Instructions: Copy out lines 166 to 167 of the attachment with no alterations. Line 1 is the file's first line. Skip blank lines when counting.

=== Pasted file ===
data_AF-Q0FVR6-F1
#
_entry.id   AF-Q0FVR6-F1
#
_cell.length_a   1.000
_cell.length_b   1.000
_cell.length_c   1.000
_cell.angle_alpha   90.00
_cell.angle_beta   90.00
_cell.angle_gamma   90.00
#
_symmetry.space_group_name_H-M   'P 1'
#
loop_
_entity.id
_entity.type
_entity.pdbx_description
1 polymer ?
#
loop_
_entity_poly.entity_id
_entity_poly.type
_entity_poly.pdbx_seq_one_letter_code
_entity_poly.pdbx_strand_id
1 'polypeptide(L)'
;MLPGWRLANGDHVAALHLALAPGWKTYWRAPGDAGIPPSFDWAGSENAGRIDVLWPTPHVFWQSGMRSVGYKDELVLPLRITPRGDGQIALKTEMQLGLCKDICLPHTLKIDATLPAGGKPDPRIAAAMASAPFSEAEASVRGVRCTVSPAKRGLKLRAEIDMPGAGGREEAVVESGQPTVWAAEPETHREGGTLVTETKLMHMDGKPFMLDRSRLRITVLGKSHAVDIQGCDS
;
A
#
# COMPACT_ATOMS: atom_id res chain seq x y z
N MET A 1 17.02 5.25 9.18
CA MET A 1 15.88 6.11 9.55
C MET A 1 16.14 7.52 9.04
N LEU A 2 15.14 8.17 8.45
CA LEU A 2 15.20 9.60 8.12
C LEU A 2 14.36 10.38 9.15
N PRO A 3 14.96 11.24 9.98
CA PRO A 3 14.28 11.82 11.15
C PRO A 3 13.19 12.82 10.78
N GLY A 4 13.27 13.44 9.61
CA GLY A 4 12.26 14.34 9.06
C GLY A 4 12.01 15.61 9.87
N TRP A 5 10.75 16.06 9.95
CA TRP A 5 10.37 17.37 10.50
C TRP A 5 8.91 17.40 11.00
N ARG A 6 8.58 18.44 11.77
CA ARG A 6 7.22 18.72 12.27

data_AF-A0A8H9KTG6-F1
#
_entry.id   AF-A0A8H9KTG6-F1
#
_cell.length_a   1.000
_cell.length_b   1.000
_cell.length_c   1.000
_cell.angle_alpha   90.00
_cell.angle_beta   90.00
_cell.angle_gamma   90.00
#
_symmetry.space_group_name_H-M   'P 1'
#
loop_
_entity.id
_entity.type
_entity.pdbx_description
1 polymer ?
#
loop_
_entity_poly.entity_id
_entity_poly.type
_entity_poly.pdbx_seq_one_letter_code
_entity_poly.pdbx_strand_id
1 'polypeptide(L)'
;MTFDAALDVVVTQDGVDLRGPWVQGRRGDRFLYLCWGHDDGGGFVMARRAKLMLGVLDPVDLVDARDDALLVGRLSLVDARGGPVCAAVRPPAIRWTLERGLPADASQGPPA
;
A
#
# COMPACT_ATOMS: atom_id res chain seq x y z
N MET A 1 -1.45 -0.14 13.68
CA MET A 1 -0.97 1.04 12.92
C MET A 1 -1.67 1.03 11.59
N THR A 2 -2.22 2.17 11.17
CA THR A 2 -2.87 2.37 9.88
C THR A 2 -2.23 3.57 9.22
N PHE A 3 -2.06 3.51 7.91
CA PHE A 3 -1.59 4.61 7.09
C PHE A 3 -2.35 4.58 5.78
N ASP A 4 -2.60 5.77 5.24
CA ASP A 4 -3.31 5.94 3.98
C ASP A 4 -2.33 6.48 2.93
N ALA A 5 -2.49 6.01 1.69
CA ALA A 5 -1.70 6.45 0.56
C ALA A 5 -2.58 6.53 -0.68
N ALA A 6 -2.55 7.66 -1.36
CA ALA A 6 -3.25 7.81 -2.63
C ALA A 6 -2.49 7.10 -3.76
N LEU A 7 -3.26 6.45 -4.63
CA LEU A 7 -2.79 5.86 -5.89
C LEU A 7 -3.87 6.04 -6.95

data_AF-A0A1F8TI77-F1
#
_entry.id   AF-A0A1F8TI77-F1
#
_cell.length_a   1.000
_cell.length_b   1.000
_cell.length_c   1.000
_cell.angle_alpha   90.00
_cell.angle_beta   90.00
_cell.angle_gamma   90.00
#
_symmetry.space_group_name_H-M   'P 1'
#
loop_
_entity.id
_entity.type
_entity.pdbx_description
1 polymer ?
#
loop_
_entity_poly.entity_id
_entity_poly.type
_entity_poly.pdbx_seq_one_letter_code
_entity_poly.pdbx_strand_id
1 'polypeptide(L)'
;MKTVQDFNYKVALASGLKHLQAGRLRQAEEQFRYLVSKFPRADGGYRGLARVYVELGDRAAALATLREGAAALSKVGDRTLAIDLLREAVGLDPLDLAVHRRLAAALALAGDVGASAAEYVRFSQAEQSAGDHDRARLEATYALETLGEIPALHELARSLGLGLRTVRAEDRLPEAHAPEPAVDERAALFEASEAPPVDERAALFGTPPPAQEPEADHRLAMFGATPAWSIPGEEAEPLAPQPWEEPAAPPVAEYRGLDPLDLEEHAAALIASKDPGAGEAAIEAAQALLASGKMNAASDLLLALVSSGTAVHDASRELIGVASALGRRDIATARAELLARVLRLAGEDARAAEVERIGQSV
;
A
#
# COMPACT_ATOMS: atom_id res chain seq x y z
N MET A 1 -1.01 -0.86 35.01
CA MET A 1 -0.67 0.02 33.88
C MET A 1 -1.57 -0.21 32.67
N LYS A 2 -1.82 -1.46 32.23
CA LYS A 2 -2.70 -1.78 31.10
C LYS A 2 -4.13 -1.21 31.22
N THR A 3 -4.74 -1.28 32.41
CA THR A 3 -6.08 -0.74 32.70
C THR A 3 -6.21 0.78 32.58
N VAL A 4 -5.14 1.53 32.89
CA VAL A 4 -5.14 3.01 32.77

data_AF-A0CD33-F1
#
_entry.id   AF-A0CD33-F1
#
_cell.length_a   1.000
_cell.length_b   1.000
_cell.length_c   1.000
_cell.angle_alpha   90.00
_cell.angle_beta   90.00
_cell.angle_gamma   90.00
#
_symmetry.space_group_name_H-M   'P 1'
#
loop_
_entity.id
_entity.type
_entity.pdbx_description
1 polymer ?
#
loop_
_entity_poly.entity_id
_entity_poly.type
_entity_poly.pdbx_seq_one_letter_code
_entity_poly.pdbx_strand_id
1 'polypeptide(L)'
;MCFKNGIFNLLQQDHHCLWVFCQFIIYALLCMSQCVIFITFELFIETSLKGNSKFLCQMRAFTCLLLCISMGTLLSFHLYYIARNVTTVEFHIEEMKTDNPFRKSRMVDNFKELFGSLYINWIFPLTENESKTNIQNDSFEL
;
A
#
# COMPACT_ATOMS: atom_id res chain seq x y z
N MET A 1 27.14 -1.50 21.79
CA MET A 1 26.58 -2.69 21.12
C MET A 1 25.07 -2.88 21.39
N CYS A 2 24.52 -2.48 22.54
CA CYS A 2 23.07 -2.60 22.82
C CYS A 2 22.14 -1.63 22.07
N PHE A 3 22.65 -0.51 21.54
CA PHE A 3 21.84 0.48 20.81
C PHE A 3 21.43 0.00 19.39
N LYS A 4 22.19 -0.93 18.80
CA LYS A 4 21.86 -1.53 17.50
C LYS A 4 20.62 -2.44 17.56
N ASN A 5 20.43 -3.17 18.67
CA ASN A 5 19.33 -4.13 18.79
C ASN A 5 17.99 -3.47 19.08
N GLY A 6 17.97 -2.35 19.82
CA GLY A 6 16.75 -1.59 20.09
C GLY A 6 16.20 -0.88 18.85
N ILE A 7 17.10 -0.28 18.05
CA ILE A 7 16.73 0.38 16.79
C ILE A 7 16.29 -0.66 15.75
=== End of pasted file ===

;
A